Life has meaning by showing God’s love through service to others needs.
When attempting to answer the question of the meaning of life each person will give a different answer, one that would reflect their age, religious beliefs, personal history and current circumstances. For many the meaning of life can be best described as meeting a person’s basic needs for survival, as observed by Simone Weil. She classified the needs of the body as food, shelter, clothing, and physical security, whereas, the needs of the soul were meaning and value, rooted in freedom of choice (Ambrosio, 2008). On a smaller scale, parents making daily sacrifices in order to care for their families can be equated to the same philosophy and is the view that currently resonates with this writer.
In module one Dr. Ambrosio introduced and developed the images of the hero and the saint. He described heroes as unselfishly living in the pursuit of self-fulfillment and saints as living for others, accepting love from God and man while showing love in return. Heroes overcame their fate and were best represented in Homeric epics of Greek tragedies as the citizen hero. In representing both the hero and the saint one can come closest to deciphering the meaning of life as stated in the thesis. In this writer’s opinion, humans will fall into what the professor called “mutated versions” of a hero or saint (Ambrosio, 2008). For example, many saints in the bible were murderers and thieves who were repentant, converted and forgiven. Through this they became heroes of the Bible and devoted their lives to the love of God. The ways of both were marked with self sacrifice which agrees with this writer’s understanding of the meaning of life.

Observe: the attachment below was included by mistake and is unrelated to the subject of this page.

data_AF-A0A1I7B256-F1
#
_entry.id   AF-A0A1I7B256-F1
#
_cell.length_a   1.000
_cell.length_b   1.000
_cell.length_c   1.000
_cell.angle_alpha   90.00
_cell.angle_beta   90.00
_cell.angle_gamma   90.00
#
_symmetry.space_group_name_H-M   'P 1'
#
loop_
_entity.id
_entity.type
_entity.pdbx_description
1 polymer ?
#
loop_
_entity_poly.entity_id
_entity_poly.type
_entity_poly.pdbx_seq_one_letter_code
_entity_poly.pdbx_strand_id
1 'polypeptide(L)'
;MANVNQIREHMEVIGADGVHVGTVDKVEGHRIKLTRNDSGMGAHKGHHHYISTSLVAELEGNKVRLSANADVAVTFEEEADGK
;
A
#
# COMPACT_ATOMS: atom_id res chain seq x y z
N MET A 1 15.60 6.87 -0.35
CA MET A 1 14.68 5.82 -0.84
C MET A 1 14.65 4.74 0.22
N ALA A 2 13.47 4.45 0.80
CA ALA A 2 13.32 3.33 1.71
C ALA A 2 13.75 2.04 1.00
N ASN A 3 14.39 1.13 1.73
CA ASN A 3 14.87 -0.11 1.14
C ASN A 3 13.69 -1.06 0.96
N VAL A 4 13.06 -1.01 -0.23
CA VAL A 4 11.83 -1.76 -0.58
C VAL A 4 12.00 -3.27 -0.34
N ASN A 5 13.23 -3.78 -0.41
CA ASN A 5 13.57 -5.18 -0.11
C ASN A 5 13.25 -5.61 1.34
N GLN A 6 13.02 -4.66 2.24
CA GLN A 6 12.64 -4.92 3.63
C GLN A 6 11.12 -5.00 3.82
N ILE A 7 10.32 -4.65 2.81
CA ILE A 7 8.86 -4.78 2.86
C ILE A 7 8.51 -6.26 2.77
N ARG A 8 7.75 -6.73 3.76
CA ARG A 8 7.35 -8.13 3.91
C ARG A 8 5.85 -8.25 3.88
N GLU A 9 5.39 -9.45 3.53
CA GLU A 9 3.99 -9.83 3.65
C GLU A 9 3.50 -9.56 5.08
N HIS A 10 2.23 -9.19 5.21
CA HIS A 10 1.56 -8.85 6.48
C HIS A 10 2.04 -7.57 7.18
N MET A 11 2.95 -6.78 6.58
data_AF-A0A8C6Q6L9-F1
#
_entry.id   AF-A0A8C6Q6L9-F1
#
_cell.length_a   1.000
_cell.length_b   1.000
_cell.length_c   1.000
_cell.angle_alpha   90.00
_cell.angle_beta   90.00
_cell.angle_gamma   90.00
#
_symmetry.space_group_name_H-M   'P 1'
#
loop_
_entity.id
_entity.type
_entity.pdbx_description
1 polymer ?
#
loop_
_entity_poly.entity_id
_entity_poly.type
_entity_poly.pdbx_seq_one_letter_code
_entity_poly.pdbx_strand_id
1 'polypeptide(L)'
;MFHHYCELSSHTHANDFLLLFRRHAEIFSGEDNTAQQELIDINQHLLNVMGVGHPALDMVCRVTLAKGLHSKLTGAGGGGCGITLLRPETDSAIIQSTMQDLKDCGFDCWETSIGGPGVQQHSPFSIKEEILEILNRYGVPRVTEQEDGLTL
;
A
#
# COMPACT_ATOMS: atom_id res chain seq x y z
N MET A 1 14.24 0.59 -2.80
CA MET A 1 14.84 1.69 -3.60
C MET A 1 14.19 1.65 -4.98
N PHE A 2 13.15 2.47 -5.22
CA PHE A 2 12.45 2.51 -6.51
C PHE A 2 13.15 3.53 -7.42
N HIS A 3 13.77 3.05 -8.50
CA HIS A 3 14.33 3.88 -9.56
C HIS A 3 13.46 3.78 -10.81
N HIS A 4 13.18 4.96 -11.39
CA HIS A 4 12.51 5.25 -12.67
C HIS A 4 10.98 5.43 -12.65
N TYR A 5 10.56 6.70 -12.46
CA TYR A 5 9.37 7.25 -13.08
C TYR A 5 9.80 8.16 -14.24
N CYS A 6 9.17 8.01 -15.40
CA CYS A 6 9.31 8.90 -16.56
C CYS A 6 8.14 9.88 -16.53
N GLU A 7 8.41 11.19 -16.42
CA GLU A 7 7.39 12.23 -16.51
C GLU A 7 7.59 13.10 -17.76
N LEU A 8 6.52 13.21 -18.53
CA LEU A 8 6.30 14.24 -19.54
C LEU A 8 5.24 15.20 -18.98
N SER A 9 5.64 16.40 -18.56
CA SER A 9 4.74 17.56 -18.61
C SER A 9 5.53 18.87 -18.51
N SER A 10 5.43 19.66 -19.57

In module two the central figures studied were Marcus Aurelius and Plato’s Socrates. With the emergence of the tragic hero came the citizen hero, represented by Socrates and the stoic hero represented by Marcus Aurelius. The attributes of citizenship were described as; universality, justice, leading to an end of self, transcendence, birth of hope, finding meaning in the face of death, daemon- the idea of a conscious or guiding voice, justice to humanity, bravery and integrity. Socrates was the ultimate citizen hero because while he was unjustly accused he showed courage in the face of death by standing by his convictions. Marcus Aurelius was a soldier and an emperor whose stoic ideas often involved rationality, clear-mindedness and avoiding indulgence in sensory affections (Ambrosio, 2008). In commenting on both, while certainly possessing admirable qualities this writer disagrees that they are wholly an answer for a meaningful life because they address the aspects of the body while leaving out the attributes of the soul.
In module three two of the saintly figures studied were Paul and Abraham. Paul’s conversion harmoniously integrated the paths of hero and saint which effectively take into account the body and soul when addressing the meaning of...